From the people and of the people
Priests are a particularly vulnerable part of that wider “victim” group. They report feeling dejected and embarrassed, of walking down the street head down, avoiding eye contact, even of leaving off the clerical collar to hide their identity. This is what Pope Francis is talking about in his new letter to Priests, observing that they are often held guilty – even by themselves – of sins they have not committed.
The Pope is right to be concerned. Priests need to be, and deserve to be, cherished, respected and cared for. Ordination to the priesthood is a fount of amazing grace, and Francis wants the clergy to be sustained in their ministry by the joy it can bring. Francis once identified the right sort of ministry as that where the clergy, like good shepherds, know “the smell of the sheep”. In a key passage of his letter, he thanks priests “for the times when, with great emotion, you embraced sinners, healed wounds, warmed hearts and showed the tenderness and compassion of the Good Samaritan. Nothing is more necessary than this: accessibility, closeness, readiness to draw near to the flesh of our suffering brothers and sisters … the pastor who never forgets that he has come from them and that by serving them he will find and express his most pure and complete identity.”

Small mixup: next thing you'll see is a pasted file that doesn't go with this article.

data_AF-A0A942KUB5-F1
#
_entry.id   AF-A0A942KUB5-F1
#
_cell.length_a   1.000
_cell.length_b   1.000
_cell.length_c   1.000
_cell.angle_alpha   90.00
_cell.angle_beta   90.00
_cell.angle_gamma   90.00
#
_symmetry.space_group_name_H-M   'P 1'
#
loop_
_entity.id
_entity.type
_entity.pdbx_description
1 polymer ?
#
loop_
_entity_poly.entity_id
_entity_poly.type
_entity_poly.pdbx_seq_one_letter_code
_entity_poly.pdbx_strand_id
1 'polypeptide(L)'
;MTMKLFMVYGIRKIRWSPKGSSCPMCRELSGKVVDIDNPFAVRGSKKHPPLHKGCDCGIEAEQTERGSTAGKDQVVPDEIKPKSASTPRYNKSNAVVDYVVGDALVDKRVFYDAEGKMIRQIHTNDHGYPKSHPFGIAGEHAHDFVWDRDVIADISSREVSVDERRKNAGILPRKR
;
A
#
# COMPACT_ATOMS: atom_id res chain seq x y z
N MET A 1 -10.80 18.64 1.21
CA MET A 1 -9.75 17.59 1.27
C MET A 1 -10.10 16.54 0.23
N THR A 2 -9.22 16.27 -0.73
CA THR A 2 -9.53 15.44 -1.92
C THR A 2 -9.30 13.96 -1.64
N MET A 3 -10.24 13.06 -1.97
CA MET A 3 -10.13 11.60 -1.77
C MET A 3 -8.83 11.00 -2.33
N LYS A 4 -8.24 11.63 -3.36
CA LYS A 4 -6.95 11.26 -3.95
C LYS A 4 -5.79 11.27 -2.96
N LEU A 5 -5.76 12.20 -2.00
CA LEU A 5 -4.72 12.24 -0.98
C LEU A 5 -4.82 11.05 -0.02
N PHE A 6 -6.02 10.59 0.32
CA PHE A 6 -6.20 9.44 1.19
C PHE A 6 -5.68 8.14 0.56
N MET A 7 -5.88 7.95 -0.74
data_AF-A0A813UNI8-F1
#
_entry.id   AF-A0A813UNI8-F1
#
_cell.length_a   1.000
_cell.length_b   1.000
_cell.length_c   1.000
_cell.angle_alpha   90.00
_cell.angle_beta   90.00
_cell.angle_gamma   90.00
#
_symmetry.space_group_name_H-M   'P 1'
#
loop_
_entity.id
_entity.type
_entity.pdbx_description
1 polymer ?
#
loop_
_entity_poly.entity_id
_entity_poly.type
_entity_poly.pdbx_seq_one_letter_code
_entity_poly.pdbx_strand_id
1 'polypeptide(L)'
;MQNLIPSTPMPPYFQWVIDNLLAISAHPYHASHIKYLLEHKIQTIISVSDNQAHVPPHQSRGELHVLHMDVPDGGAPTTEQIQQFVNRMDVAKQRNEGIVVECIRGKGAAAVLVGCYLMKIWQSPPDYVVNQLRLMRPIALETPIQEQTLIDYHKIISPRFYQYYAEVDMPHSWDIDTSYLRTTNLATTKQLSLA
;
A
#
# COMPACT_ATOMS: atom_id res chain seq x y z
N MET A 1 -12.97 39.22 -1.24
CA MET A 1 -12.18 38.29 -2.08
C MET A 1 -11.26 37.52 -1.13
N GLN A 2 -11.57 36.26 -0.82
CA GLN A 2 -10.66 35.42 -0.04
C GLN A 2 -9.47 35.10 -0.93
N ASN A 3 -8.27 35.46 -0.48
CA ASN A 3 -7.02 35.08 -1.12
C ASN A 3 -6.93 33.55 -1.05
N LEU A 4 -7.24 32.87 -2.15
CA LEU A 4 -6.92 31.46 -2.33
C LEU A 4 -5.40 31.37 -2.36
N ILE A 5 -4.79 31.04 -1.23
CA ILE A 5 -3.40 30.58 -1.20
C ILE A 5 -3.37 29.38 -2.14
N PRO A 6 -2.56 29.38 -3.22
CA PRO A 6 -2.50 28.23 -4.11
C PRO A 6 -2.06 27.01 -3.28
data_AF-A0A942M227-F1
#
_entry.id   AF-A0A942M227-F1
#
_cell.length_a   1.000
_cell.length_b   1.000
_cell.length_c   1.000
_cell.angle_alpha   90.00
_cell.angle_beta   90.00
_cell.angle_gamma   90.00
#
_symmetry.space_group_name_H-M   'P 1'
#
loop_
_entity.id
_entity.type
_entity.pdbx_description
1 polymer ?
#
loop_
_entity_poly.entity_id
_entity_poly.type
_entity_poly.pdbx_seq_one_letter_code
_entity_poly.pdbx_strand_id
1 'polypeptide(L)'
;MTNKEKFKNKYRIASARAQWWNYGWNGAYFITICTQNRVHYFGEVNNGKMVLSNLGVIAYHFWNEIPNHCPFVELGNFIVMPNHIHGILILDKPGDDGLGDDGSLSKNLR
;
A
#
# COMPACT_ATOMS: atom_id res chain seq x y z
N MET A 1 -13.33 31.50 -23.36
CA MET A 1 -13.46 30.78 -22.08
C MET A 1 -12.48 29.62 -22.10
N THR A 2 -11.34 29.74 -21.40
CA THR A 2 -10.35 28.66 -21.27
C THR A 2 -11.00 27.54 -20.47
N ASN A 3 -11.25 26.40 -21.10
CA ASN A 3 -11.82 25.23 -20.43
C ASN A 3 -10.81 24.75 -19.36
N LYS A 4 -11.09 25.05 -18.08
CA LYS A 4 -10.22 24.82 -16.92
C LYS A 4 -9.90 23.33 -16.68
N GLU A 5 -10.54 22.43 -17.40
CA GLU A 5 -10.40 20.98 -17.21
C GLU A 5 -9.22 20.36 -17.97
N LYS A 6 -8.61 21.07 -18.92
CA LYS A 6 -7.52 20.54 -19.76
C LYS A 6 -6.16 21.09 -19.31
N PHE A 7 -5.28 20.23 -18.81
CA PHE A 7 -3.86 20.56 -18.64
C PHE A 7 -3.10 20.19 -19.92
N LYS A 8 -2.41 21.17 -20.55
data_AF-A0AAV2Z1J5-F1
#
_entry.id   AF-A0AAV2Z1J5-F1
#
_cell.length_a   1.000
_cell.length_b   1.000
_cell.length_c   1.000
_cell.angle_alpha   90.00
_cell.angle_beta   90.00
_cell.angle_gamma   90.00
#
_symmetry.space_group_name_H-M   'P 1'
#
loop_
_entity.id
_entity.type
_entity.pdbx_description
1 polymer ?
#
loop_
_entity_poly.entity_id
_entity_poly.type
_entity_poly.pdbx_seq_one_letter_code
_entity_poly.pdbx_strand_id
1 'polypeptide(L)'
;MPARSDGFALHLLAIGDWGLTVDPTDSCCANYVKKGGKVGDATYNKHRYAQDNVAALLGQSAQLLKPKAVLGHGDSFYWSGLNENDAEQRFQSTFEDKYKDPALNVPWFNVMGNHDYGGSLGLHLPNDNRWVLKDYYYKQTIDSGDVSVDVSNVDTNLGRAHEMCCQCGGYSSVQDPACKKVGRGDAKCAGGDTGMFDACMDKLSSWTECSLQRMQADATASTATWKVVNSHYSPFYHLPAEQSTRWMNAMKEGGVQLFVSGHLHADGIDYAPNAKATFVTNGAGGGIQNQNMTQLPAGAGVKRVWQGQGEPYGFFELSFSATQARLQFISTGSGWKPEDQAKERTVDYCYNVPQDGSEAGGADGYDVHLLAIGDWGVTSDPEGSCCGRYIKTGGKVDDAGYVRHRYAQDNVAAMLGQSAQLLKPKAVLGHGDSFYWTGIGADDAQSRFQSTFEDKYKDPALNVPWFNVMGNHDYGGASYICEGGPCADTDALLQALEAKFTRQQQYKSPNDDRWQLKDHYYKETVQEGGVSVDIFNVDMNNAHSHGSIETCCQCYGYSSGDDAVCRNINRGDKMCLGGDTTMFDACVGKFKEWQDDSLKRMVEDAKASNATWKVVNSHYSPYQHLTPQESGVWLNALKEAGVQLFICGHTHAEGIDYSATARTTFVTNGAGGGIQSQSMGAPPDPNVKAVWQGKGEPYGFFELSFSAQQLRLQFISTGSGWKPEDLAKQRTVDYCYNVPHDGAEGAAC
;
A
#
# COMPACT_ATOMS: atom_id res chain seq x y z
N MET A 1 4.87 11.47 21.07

He warns against “the sin of the mirror”, the temptation to navel-gaze, to become self-centred and to believe that everything depends on himself. Growing a thicker skin and avoiding close relationships may be one way of surviving in a suspicious or hostile world, but it is not the way of the Cross. Relationships bring vulnerability and some degree of risk, but they also bring emotional nourishment and fulfilment. It is an oversight of the Pope’s letter, perhaps, that he does not directly refer to the mental health of the clergy, though he implies it when he says a good bishop will be a good pastor to his priests, which means having a concern for their emotional as well as their physical wellbeing. Loneliness and depression, and the temptation to deal with them by over-indulgence in alcohol, are well known psychological traps the clergy in particular have to be aware of.
But it is in their relationship with the flock entrusted to them that the deeper satisfactions of the priestly life will lie, though some priests may need example and encouragement to fully explore the possibilities. A close bond of co-responsibility with the parish, perhaps through lay-led parish initiatives and structures, is not only a good way to empower the laity but also to enrich the life of the priest. It offers a more equal and rewarding way, a way closer to the Gospel, of handling parish relationships – not priests and the people, as different entities, but priests of and from the people.